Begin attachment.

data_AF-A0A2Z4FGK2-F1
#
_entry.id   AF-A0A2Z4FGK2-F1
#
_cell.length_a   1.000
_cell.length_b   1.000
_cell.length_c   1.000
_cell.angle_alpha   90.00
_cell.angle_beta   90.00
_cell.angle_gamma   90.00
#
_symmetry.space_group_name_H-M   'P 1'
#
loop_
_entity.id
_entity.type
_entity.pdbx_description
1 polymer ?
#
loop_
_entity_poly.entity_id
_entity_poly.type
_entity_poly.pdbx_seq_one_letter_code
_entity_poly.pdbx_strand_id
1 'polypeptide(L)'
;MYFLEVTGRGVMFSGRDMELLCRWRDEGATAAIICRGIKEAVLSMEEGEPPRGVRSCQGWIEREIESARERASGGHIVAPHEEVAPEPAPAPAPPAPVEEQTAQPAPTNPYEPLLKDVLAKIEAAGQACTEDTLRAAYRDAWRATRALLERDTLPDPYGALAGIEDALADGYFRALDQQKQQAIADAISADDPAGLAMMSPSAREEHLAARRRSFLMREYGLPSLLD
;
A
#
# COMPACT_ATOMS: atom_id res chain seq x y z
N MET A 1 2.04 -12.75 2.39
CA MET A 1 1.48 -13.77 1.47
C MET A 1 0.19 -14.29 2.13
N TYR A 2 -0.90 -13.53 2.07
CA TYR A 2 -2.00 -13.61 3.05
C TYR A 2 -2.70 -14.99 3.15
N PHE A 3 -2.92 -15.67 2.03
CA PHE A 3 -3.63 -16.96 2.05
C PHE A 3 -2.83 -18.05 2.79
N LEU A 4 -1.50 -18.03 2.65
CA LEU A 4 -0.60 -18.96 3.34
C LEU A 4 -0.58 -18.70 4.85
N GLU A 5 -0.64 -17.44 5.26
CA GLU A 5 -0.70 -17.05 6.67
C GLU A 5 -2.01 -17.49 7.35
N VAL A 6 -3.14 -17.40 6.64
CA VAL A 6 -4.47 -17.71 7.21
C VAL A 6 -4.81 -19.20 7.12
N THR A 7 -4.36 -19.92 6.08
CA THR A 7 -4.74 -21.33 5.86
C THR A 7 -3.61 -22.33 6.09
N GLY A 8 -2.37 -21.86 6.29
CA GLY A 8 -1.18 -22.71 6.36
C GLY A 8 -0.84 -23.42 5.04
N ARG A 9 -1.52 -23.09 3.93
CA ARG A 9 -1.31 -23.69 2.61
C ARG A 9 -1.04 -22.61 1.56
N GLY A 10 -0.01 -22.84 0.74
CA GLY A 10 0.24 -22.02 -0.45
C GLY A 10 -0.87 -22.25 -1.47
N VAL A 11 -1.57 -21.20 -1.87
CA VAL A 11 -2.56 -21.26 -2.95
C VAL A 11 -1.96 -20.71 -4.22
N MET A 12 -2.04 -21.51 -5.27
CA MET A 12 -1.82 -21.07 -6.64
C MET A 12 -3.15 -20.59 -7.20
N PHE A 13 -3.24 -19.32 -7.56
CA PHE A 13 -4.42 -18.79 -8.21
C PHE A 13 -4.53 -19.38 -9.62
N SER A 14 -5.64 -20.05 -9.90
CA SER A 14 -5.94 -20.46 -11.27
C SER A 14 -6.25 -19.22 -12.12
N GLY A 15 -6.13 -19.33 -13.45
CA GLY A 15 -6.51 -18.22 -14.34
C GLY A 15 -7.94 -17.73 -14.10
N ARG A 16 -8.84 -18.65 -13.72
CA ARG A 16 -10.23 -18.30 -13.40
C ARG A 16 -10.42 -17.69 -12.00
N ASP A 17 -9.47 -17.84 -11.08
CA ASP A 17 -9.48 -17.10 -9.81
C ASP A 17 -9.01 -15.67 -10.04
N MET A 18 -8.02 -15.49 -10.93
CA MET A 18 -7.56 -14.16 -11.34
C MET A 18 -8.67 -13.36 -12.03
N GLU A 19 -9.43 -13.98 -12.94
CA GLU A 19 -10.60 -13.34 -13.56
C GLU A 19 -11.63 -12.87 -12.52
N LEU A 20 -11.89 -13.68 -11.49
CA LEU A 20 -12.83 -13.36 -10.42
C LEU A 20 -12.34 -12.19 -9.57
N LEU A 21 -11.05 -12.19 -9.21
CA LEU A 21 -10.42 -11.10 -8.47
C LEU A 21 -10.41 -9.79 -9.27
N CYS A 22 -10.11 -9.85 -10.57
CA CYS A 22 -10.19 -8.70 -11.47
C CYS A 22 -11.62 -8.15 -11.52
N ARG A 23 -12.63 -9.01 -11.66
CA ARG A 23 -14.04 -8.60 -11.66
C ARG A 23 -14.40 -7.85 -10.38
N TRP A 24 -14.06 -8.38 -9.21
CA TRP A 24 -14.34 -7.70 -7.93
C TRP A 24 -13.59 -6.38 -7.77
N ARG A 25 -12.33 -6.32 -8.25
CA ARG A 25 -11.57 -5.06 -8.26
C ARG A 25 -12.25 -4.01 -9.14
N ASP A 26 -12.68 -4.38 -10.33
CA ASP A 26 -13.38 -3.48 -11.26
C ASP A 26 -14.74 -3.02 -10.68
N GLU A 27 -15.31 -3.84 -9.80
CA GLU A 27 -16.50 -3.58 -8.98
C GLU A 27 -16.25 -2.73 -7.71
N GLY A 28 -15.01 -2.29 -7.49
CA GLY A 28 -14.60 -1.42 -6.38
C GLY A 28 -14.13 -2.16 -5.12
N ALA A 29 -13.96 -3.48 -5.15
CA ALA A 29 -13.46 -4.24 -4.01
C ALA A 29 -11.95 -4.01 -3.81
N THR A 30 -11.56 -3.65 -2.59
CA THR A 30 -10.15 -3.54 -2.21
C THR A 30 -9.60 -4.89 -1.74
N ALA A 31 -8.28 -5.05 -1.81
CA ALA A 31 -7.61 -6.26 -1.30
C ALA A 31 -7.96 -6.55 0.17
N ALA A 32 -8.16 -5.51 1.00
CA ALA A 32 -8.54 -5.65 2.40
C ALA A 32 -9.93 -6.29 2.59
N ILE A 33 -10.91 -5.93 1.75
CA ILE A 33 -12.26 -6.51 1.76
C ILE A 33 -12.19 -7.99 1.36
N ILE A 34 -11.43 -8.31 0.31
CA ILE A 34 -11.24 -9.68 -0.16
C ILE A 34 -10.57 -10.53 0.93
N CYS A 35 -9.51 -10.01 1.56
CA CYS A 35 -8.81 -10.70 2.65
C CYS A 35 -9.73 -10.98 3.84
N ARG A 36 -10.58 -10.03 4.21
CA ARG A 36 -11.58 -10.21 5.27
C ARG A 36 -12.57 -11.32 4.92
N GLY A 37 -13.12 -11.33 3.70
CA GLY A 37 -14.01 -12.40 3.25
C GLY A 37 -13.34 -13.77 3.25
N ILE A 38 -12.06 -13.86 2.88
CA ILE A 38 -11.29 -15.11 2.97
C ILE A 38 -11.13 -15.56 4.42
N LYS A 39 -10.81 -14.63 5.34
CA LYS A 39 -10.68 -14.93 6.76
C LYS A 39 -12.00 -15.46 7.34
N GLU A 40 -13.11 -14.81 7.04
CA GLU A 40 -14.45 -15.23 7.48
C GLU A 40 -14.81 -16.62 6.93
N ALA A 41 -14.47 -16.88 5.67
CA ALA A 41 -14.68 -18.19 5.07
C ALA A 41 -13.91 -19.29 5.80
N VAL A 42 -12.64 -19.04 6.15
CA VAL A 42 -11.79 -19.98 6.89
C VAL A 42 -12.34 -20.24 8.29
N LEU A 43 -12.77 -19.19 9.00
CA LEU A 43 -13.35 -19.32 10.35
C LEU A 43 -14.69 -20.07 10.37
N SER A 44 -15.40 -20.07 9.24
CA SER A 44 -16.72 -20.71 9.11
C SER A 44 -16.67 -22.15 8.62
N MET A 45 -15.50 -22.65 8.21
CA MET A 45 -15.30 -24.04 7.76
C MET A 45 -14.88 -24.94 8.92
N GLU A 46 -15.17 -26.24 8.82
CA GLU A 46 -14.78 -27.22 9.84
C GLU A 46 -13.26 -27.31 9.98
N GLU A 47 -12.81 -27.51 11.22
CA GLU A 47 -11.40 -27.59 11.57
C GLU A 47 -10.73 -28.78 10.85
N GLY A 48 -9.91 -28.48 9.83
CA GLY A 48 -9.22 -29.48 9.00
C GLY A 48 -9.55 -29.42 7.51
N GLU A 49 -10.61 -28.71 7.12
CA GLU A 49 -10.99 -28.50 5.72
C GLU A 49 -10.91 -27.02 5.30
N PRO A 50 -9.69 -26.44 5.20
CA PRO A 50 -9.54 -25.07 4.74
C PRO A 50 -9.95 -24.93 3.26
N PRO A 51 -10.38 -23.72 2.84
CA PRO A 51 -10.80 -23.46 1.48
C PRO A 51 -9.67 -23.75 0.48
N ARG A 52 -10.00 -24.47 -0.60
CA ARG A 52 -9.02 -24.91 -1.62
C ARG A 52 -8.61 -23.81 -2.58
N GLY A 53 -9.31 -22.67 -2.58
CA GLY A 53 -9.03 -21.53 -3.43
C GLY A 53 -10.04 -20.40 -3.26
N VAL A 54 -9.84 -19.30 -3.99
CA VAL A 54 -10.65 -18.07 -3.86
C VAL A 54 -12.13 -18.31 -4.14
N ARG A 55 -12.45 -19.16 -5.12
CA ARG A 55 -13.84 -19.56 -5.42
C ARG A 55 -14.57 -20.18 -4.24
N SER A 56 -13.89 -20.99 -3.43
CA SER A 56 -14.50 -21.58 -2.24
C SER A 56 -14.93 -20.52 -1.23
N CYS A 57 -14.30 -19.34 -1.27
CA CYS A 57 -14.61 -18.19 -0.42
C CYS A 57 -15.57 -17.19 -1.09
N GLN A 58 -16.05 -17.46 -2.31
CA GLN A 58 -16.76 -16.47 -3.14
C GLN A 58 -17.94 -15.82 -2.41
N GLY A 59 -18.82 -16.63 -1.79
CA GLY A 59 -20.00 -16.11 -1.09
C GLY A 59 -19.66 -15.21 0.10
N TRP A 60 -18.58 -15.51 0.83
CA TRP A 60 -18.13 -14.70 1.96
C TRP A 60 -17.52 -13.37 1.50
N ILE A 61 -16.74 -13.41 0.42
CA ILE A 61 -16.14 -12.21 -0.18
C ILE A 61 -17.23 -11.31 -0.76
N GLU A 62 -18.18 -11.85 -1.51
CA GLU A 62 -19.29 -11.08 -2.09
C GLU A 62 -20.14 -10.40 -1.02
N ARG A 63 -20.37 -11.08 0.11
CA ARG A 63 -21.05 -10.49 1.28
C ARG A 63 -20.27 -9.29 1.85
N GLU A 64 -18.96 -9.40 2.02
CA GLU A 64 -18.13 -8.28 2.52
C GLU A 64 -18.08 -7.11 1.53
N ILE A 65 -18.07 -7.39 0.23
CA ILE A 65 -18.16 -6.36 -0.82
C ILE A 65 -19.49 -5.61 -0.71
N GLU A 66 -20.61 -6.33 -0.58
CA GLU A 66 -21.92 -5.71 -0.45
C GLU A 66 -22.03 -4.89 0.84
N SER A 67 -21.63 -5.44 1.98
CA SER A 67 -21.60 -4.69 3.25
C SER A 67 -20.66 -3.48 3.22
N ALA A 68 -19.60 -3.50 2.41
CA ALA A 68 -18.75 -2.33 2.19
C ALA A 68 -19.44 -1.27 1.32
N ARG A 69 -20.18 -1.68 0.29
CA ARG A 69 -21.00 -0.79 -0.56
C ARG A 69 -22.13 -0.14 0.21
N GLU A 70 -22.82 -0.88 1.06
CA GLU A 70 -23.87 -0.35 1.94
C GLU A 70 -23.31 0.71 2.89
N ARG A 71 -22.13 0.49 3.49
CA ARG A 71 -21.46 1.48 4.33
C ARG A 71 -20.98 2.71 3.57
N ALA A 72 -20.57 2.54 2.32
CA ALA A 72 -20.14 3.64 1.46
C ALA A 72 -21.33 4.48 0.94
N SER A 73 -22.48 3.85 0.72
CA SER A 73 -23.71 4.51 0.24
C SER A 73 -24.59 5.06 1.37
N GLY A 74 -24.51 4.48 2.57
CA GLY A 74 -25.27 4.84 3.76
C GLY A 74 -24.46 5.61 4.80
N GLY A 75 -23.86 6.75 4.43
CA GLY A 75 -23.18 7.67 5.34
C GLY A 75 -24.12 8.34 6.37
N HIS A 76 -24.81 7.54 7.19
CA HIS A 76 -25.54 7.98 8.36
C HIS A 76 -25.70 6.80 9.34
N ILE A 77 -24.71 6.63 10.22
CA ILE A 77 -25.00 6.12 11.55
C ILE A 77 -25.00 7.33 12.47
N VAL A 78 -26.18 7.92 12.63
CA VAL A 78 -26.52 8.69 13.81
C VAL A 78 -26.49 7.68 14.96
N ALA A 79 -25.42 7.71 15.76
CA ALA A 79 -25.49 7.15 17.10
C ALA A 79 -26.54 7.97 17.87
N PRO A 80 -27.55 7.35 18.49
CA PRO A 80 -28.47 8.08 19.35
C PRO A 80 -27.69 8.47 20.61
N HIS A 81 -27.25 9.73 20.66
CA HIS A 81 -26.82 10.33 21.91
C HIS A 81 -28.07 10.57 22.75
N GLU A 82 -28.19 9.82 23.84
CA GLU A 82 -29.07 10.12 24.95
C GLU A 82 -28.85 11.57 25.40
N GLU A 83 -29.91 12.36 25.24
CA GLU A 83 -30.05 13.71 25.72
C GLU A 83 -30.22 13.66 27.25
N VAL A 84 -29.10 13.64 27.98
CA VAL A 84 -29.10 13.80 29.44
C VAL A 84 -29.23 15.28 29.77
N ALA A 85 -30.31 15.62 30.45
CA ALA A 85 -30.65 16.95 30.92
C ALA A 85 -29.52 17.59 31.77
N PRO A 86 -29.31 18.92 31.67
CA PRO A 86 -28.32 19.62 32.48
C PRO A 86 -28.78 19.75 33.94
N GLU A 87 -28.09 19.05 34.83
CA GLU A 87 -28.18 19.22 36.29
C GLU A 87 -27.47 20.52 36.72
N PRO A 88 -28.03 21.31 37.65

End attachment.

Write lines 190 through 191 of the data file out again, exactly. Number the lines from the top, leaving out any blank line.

N VAL A 54 -9.84 -19.30 -3.99
CA VAL A 54 -10.65 -18.07 -3.86